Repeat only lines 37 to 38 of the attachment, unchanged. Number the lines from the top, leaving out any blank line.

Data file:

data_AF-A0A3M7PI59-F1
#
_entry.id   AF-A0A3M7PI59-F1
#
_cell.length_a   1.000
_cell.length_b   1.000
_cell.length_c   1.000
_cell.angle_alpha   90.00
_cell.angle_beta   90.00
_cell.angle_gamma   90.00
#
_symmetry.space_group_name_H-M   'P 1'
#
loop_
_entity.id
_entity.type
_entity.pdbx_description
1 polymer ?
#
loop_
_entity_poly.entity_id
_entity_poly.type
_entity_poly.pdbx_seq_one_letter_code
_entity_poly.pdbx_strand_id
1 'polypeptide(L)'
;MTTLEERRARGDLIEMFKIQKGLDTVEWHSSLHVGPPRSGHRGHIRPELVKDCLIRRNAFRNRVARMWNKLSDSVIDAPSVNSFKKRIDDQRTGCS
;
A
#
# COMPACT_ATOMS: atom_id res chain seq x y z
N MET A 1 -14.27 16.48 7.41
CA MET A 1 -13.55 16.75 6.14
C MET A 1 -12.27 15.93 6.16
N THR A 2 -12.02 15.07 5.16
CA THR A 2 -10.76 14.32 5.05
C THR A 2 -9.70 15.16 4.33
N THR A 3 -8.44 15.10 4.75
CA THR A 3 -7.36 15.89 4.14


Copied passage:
N THR A 3 -8.44 15.10 4.75
CA THR A 3 -7.36 15.89 4.14